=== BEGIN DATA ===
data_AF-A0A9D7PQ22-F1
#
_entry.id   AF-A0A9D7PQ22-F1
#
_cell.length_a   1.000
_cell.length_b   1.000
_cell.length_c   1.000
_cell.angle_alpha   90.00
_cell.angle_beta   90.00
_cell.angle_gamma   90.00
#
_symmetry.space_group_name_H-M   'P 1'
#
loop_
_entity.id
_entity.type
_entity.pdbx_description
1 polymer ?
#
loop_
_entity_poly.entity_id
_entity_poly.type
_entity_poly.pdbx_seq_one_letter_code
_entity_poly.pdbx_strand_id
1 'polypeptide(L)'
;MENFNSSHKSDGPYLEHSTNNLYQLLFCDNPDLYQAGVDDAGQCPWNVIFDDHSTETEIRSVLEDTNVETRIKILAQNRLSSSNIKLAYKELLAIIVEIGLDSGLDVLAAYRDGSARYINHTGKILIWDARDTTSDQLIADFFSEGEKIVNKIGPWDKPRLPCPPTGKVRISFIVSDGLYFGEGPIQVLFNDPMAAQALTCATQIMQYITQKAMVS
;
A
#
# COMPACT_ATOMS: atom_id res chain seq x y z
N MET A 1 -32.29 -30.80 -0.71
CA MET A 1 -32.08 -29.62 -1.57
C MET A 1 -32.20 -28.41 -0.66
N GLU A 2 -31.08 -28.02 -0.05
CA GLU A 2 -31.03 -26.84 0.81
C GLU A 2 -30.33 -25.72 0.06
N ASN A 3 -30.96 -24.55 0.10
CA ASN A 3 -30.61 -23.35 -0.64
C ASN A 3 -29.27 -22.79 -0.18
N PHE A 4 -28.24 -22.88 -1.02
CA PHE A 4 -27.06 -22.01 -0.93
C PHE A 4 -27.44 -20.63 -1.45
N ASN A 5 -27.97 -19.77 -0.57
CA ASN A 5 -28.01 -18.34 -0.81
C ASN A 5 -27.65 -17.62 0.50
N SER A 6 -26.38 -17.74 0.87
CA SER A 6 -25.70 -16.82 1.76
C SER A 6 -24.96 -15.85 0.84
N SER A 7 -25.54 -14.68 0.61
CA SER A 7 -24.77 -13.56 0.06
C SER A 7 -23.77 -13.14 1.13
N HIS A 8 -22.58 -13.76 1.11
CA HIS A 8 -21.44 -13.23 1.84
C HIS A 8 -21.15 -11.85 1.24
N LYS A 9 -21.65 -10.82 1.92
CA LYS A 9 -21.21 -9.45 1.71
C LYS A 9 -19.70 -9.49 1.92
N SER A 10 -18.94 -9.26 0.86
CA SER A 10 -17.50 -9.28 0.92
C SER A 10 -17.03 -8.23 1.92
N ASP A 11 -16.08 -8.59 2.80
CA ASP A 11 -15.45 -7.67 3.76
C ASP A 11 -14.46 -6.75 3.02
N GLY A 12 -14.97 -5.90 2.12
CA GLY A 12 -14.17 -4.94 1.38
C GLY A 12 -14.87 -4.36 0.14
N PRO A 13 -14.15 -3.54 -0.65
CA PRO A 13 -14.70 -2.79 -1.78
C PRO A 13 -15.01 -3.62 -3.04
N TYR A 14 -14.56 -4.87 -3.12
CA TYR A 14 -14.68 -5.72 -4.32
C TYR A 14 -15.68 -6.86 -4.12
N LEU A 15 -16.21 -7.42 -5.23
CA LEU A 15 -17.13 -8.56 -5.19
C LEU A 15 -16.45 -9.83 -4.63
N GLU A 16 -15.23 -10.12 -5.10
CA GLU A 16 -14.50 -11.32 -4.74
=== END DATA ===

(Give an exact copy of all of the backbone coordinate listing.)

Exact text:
data_AF-A0A9D7PQ22-F1
#
_entry.id   AF-A0A9D7PQ22-F1
#
_cell.length_a   1.000
_cell.length_b   1.000
_cell.length_c   1.000
_cell.angle_alpha   90.00
_cell.angle_beta   90.00
_cell.angle_gamma   90.00
#
_symmetry.space_group_name_H-M   'P 1'
#
loop_
_entity.id
_entity.type
_entity.pdbx_description
1 polymer ?
#
loop_
_entity_poly.entity_id
_entity_poly.type
_entity_poly.pdbx_seq_one_letter_code
_entity_poly.pdbx_strand_id
1 'polypeptide(L)'
;MENFNSSHKSDGPYLEHSTNNLYQLLFCDNPDLYQAGVDDAGQCPWNVIFDDHSTETEIRSVLEDTNVETRIKILAQNRLSSSNIKLAYKELLAIIVEIGLDSGLDVLAAYRDGSARYINHTGKILIWDARDTTSDQLIADFFSEGEKIVNKIGPWDKPRLPCPPTGKVRISFIVSDGLYFGEGPIQVLFNDPMAAQALTCATQIMQYITQKAMVS
;
A
#
# COMPACT_ATOMS: atom_id res chain seq x y z
N MET A 1 -32.29 -30.80 -0.71
CA MET A 1 -32.08 -29.62 -1.57
C MET A 1 -32.20 -28.41 -0.66
N GLU A 2 -31.08 -28.02 -0.05
CA GLU A 2 -31.03 -26.84 0.81
C GLU A 2 -30.33 -25.72 0.06
N ASN A 3 -30.96 -24.55 0.10
CA ASN A 3 -30.61 -23.35 -0.64
C ASN A 3 -29.27 -22.79 -0.18
N PHE A 4 -28.24 -22.88 -1.02
CA PHE A 4 -27.06 -22.01 -0.93
C PHE A 4 -27.44 -20.63 -1.45
N ASN A 5 -27.97 -19.77 -0.57
CA ASN A 5 -28.01 -18.34 -0.81
C ASN A 5 -27.65 -17.62 0.50
N SER A 6 -26.38 -17.74 0.87
CA SER A 6 -25.70 -16.82 1.76
C SER A 6 -24.96 -15.85 0.84
N SER A 7 -25.54 -14.68 0.61
CA SER A 7 -24.77 -13.56 0.06
C SER A 7 -23.77 -13.14 1.13
N HIS A 8 -22.58 -13.76 1.11
CA HIS A 8 -21.44 -13.23 1.84
C HIS A 8 -21.15 -11.85 1.24
N LYS A 9 -21.65 -10.82 1.92
CA LYS A 9 -21.21 -9.45 1.71
C LYS A 9 -19.70 -9.49 1.92
N SER A 10 -18.94 -9.26 0.86
CA SER A 10 -17.50 -9.28 0.92
C SER A 10 -17.03 -8.23 1.92
N ASP A 11 -16.08 -8.59 2.80
CA ASP A 11 -15.45 -7.67 3.76
C ASP A 11 -14.46 -6.75 3.02
N GLY A 12 -14.97 -5.90 2.12
CA GLY A 12 -14.17 -4.94 1.38
C GLY A 12 -14.87 -4.36 0.14
N PRO A 13 -14.15 -3.54 -0.65
CA PRO A 13 -14.70 -2.79 -1.78
C PRO A 13 -15.01 -3.62 -3.04
N TYR A 14 -14.56 -4.87 -3.12
CA TYR A 14 -14.68 -5.72 -4.32
C TYR A 14 -15.68 -6.86 -4.12
N LEU A 15 -16.21 -7.42 -5.23
CA LEU A 15 -17.13 -8.56 -5.19
C LEU A 15 -16.45 -9.83 -4.63
N GLU A 16 -15.23 -10.12 -5.10
CA GLU A 16 -14.50 -11.32 -4.74